Sasha Shapiro graduated from Dickinson in 2015 with majors in Russian and Philosophy. She spent the fall of her junior year on the Dickinson-in-Moscow program, and the spring semester in Copenhagen. After graduation she first moved home to Los Angeles, and then to Berlin for a year, where she studied German on an intensive German immersion program. In fall 2016, Sasha joined the PhD program in the Department of Slavic Languages and Literatures at the University of Virginia, where she holds the prestigious Jefferson Fellowship.
As I start my second year in the PhD program in Slavic Languages and Literatures at the University of Virginia, I am both excited and overwhelmed by the amount of opportunities available to me. For those who are fascinated with Russian culture, literature, politics, business, and film, a PhD in Slavic is the most rewarding and exhilarating option available. I’ll admit, I wasn’t entirely convinced I was doing the most career-sensible thing as I started the 5-year program, but those fears were dispelled once I started taking advantage of everything the Slavic PhD program had to offer (and more).
The Russian department at Dickinson was instrumental in leading me to UVA. Professor DeBlasio was actually the one who suggested this program, and she (along with professors in other departments) were extremely helpful with the application process and preparing me for my first year. My experience abroad in Moscow was also essential to getting me to where I am today – it was in Moscow that I realized that I wanted to continue studying Russian culture after undergrad. Dickinson’s literature and language classes were also vigorous and prepared me for the high caliber expected by the professors at UVA. I also realized when talking to colleagues who had come from different colleges that many were not as lucky as I to perform in a Russian talent show, to live in the Russian House with other motivated and curious students, or to go to Russian film screenings every week. Some of my colleagues didn’t even have a Russian department at their undergrad, and had to learn Russian independently or by studying abroad.
However, amazing as the Russian department at Dickinson is, it is still limited by Dickinson’s small size and the budget issues that come with this small size. At a large research university, I have had the opportunity to apply for larger grants offered through the university (as well as grants offered through other universities or through governmental organizations), to plan my department’s own national Slavic conference, to invite famous speakers (last spring, we had Masha Gessen speak at our conference), and much more. I have also had the incredible opportunity to teach 1st and 2nd-year university students. It was terrifying at first, but Dickinson’s rigor and high expectations in grammar and language prepared me well for it. The Slavic department also offers career-related workshops that help prepare you for a career in the Slavic field, such as grant writing, editing term papers for conferences, etc.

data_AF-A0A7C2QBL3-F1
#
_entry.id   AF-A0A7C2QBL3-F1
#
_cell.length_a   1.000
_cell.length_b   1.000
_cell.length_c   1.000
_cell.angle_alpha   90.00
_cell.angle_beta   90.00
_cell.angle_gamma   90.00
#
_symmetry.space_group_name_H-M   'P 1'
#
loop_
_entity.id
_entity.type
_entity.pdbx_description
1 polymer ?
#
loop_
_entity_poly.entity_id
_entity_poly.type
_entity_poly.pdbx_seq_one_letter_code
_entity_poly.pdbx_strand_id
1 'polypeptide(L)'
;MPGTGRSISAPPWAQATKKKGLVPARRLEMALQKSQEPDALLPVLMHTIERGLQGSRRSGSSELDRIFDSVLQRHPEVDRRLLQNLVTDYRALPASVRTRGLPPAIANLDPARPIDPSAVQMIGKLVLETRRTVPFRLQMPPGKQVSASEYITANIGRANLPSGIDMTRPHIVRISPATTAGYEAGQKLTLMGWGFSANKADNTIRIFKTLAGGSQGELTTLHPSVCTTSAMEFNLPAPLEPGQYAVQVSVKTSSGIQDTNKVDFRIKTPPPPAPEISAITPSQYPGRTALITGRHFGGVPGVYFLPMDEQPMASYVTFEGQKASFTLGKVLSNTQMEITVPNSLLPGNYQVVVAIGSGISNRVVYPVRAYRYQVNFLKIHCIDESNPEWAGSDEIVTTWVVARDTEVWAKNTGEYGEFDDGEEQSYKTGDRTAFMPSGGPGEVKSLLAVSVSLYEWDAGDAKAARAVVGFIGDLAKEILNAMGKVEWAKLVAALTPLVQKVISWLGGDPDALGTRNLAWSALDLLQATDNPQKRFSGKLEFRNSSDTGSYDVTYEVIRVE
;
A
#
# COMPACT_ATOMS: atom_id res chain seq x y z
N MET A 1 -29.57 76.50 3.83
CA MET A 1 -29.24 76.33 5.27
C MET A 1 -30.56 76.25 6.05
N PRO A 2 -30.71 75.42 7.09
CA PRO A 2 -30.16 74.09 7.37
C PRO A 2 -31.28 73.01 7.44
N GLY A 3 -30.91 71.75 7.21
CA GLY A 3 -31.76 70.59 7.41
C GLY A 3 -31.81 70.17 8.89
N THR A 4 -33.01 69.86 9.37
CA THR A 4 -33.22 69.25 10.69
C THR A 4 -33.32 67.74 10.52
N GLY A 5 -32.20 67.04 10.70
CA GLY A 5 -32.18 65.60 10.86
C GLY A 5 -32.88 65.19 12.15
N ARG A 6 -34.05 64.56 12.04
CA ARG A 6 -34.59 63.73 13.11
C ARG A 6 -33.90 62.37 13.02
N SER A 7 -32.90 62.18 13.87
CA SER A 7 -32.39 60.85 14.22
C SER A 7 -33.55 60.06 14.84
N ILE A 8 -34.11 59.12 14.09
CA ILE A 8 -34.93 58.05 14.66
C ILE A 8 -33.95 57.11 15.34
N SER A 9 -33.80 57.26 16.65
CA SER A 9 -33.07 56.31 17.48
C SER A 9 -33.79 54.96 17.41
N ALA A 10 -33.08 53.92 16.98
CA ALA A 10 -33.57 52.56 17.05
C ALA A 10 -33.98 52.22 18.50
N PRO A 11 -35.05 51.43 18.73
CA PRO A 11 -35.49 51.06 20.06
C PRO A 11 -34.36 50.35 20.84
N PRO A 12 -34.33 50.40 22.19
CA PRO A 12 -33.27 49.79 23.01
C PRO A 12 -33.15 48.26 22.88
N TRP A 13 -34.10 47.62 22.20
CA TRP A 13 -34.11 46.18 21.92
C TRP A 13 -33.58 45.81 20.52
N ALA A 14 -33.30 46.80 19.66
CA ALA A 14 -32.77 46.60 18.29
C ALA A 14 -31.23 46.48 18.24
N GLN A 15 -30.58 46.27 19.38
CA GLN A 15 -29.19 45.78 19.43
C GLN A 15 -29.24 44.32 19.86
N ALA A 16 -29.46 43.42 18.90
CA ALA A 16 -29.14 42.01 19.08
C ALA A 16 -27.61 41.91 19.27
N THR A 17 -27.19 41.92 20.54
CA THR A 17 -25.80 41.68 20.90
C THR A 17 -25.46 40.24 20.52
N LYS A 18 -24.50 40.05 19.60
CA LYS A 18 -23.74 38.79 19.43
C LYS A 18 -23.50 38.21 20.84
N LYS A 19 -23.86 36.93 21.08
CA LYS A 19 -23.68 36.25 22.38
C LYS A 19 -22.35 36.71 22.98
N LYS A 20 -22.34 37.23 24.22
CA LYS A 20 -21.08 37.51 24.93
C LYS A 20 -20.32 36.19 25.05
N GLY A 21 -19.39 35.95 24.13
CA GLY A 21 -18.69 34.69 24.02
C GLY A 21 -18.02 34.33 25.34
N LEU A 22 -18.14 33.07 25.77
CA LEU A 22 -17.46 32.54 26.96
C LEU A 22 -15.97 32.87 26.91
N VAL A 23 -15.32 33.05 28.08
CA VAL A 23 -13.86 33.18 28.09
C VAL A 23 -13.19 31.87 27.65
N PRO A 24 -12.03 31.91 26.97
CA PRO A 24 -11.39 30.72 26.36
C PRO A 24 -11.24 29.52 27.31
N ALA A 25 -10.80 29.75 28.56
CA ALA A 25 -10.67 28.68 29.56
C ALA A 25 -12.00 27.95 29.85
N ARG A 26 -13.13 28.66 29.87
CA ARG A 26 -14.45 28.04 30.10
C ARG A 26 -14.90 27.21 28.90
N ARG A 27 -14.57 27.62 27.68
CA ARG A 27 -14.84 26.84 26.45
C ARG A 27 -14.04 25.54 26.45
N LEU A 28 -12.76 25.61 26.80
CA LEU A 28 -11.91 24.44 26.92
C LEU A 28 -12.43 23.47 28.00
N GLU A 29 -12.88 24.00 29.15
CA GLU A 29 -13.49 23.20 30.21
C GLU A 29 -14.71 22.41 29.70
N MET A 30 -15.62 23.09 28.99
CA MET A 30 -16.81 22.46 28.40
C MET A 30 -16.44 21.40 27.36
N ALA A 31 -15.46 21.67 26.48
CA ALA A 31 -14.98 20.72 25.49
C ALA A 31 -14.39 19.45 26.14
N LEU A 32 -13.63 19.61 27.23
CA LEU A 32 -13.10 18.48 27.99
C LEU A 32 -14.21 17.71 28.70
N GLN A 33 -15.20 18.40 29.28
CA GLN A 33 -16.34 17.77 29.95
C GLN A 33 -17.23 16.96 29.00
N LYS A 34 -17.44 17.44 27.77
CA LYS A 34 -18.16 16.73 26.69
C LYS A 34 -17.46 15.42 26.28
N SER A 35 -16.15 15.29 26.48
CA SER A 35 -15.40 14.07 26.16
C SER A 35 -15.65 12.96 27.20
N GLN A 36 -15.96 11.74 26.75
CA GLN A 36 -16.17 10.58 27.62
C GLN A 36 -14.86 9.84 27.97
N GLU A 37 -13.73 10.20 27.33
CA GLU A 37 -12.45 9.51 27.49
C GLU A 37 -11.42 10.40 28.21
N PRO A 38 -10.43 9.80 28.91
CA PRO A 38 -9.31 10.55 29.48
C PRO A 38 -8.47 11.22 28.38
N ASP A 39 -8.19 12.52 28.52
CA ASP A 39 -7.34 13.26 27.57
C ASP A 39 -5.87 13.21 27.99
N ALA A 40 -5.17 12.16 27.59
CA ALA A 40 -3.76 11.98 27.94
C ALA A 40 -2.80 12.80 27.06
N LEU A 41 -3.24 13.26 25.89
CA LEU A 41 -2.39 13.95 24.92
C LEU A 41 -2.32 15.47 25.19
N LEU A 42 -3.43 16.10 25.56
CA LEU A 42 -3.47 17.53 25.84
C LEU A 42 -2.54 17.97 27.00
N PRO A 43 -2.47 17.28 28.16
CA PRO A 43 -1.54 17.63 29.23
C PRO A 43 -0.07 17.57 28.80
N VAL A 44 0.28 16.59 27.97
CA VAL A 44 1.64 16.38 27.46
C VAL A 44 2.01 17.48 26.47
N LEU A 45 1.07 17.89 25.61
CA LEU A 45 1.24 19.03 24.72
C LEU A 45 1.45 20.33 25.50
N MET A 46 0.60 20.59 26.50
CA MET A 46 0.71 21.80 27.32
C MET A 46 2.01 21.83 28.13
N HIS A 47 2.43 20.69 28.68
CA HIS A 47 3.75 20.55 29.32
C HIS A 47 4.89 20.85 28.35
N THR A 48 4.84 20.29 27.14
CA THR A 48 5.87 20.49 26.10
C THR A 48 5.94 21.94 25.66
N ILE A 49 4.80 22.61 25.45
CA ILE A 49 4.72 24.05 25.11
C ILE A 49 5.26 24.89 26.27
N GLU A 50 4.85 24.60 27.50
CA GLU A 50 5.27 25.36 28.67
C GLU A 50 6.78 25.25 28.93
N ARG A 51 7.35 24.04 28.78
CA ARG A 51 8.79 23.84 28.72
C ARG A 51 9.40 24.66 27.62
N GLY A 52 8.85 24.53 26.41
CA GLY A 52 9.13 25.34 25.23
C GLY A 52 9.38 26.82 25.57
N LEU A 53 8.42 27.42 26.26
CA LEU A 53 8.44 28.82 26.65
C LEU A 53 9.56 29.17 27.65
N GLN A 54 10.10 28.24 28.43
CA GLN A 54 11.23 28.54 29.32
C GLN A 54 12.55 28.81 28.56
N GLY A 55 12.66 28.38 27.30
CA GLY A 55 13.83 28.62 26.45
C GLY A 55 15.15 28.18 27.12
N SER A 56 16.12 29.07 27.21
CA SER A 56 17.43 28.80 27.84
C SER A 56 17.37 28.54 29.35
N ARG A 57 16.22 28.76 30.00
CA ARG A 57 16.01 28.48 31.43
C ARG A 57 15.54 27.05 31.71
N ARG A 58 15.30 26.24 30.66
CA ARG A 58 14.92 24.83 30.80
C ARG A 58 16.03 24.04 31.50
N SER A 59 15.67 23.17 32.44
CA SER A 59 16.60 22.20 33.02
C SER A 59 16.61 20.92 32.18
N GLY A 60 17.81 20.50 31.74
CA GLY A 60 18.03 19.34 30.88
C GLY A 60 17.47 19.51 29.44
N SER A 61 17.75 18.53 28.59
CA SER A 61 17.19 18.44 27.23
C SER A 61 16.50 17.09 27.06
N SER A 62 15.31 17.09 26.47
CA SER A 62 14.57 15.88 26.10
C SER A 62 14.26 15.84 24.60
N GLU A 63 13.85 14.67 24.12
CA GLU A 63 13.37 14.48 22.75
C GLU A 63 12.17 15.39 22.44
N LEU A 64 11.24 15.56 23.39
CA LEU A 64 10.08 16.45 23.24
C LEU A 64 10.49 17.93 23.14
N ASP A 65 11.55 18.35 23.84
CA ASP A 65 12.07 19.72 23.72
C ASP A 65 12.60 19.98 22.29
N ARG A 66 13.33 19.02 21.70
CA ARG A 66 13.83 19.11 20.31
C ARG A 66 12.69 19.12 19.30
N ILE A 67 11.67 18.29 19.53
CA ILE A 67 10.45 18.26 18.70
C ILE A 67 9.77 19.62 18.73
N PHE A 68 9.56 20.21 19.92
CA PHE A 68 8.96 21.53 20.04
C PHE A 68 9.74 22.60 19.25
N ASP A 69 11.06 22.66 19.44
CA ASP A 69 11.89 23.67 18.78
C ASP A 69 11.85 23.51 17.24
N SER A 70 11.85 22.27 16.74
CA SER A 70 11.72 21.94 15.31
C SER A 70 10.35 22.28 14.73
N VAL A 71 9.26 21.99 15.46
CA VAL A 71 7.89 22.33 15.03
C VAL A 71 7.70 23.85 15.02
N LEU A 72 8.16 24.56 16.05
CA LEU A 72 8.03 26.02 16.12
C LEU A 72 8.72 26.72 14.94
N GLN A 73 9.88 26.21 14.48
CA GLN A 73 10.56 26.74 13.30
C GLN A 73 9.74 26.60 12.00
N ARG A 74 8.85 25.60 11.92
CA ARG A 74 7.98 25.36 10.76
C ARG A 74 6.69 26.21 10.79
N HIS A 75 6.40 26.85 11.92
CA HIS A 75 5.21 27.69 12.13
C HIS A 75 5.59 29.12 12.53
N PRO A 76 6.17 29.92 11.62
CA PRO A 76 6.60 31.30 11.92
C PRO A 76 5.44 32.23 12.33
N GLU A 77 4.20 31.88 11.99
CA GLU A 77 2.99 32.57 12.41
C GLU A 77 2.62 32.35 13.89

Also, studying Russian at a large research university gives you plenty of opportunity for interdisciplinary research. At Dickinson, we may take this for granted since it is a liberal arts institution and we are constantly surrounded by those studying something different. At UVA, however, the interdisciplinary opportunities are endless, as well as the opportunity to learn from world-renowned scholars in other departments. UVA (and almost any research university that offers a PhD track in Slavic) has CREEES (Center for Russian, East European, and Eurasian Studies) which invites scholars, activists, writers, actors, and politicians to campus, and is constantly hosting interesting movie screenings, dinners, lectures and social events that involve Slavic studies. As a graduate student, I am surrounded by like-minded people who are just as interested in Russian as I am, and I am never bored!